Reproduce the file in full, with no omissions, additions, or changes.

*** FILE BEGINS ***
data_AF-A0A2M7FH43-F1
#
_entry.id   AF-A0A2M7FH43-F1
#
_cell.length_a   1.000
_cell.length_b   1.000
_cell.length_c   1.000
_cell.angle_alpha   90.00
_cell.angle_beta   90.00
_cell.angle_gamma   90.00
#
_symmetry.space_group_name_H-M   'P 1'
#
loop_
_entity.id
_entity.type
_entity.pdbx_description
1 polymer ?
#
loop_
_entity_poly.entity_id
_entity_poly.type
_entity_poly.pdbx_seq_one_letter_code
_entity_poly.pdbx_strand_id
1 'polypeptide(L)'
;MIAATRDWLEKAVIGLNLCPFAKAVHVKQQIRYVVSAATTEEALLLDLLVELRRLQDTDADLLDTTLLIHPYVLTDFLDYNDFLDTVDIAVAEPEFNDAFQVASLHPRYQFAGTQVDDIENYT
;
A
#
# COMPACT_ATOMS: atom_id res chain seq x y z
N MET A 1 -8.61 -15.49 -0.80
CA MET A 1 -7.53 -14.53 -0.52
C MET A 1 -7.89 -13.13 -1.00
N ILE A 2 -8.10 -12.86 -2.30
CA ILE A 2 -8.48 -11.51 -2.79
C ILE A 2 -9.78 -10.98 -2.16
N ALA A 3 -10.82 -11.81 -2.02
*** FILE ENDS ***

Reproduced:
data_AF-A0A2M7FH43-F1
#
_entry.id   AF-A0A2M7FH43-F1
#
_cell.length_a   1.000
_cell.length_b   1.000
_cell.length_c   1.000
_cell.angle_alpha   90.00
_cell.angle_beta   90.00
_cell.angle_gamma   90.00
#
_symmetry.space_group_name_H-M   'P 1'
#
loop_
_entity.id
_entity.type
_entity.pdbx_description
1 polymer ?
#
loop_
_entity_poly.entity_id
_entity_poly.type
_entity_poly.pdbx_seq_one_letter_code
_entity_poly.pdbx_strand_id
1 'polypeptide(L)'
;MIAATRDWLEKAVIGLNLCPFAKAVHVKQQIRYVVSAATTEEALLLDLLVELRRLQDTDADLLDTTLLIHPYVLTDFLDYNDFLDTVDIAVAEPEFNDAFQVASLHPRYQFAGTQVDDIENYT
;
A
#
# COMPACT_ATOMS: atom_id res chain seq x y z
N MET A 1 -8.61 -15.49 -0.80
CA MET A 1 -7.53 -14.53 -0.52
C MET A 1 -7.89 -13.13 -1.00
N ILE A 2 -8.10 -12.86 -2.30
CA ILE A 2 -8.48 -11.51 -2.79
C ILE A 2 -9.78 -10.98 -2.16
N ALA A 3 -10.82 -11.81 -2.02